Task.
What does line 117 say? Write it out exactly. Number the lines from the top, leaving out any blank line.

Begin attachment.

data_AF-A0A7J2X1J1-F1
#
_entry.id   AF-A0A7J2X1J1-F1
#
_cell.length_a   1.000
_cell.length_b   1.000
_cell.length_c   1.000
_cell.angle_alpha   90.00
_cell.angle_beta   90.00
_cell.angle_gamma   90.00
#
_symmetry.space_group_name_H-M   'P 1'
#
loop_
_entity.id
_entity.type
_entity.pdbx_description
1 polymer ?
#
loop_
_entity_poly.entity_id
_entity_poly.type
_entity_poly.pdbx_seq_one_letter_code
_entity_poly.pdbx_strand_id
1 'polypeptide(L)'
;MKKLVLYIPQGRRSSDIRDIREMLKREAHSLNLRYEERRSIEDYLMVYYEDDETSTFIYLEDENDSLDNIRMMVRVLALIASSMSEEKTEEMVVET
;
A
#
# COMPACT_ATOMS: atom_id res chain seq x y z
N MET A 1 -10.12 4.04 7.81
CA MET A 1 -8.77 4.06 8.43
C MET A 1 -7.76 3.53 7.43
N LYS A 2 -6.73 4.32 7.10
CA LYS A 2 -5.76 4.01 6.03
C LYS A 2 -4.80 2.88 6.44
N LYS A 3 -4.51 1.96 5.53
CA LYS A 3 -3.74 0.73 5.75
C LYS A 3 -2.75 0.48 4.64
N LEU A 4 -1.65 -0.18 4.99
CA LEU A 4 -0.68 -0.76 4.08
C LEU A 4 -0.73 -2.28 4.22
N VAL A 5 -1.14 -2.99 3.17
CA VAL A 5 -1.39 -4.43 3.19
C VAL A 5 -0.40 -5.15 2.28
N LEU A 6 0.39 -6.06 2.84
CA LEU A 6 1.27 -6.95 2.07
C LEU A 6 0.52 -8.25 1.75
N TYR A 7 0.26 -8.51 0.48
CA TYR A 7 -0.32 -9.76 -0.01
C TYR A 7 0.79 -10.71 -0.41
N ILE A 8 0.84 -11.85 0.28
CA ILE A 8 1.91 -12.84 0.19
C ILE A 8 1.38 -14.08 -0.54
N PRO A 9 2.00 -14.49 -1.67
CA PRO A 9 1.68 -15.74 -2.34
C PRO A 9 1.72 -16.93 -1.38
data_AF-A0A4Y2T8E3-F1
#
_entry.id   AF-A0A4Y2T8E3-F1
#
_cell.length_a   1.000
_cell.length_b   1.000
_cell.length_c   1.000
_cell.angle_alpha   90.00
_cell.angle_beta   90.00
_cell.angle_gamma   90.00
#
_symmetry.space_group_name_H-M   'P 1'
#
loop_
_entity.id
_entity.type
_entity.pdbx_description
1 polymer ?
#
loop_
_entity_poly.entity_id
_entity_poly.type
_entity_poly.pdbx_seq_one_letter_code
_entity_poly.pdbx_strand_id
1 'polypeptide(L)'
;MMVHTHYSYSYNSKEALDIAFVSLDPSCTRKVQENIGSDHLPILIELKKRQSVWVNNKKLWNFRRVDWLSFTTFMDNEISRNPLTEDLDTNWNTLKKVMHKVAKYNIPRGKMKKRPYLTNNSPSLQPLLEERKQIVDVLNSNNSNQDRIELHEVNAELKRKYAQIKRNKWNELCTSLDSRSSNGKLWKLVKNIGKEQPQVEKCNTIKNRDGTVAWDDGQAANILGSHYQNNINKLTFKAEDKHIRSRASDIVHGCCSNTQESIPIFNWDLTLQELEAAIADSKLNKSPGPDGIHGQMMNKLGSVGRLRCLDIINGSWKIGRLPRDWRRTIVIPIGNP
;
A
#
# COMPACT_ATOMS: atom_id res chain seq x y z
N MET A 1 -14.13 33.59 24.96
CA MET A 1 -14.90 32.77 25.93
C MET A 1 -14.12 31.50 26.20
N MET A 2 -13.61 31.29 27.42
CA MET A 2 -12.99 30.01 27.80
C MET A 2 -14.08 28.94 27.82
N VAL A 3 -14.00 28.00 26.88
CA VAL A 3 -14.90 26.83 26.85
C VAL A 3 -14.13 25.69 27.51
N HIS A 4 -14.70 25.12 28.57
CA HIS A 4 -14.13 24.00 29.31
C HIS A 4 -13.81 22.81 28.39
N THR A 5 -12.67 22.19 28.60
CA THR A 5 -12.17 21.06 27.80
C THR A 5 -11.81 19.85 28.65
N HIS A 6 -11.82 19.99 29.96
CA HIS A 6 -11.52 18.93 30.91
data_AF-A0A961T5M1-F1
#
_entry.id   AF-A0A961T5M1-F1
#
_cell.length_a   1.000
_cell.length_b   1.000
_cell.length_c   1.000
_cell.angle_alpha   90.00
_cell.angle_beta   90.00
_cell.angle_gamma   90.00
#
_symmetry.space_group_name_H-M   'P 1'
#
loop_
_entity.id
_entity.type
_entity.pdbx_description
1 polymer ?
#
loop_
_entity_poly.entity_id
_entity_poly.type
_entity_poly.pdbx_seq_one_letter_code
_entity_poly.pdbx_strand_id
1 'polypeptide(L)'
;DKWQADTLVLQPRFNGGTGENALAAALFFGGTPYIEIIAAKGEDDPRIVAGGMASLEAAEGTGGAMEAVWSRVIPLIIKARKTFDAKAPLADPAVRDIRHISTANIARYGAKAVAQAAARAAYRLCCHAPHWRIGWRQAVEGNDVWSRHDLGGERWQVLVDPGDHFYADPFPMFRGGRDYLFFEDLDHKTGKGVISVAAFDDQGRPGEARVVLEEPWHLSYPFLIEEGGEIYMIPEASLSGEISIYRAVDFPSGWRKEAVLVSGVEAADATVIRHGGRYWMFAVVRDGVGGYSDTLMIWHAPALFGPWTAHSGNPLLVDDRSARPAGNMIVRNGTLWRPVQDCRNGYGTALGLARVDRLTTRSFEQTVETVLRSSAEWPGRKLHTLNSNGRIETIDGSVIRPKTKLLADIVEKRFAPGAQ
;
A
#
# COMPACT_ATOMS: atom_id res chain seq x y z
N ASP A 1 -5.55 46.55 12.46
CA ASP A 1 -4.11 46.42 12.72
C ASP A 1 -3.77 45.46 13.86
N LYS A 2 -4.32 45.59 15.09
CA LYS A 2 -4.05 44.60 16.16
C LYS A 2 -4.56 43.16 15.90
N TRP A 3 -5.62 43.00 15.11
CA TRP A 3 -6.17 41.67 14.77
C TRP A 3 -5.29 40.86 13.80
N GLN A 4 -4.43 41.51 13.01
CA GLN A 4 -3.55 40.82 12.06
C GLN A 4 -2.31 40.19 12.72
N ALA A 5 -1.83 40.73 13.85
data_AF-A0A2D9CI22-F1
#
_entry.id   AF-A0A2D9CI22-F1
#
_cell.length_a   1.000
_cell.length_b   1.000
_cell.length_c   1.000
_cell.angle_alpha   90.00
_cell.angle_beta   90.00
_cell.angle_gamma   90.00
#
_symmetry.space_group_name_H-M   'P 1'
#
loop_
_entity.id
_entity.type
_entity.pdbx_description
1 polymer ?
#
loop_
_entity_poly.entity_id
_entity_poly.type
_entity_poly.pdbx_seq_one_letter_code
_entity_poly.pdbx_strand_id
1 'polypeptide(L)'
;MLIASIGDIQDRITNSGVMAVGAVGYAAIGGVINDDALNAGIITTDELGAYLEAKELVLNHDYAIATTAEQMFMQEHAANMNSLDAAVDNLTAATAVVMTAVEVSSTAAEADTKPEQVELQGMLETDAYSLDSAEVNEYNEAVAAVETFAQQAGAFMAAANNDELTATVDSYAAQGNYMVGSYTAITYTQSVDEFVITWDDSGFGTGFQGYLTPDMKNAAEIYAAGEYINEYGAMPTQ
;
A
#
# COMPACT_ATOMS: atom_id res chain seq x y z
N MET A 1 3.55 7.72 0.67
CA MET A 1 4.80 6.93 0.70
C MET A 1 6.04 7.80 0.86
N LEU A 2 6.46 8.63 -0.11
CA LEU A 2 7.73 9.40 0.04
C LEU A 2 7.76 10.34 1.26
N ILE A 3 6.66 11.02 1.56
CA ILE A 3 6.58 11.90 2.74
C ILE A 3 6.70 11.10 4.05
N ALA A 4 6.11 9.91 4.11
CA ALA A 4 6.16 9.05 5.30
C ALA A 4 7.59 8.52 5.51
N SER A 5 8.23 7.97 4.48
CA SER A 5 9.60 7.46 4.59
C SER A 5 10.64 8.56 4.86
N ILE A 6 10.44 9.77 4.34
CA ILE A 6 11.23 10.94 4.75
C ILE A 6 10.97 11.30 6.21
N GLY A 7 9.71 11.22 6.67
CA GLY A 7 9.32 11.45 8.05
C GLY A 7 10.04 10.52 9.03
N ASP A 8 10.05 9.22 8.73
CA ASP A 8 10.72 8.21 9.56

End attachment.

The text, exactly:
#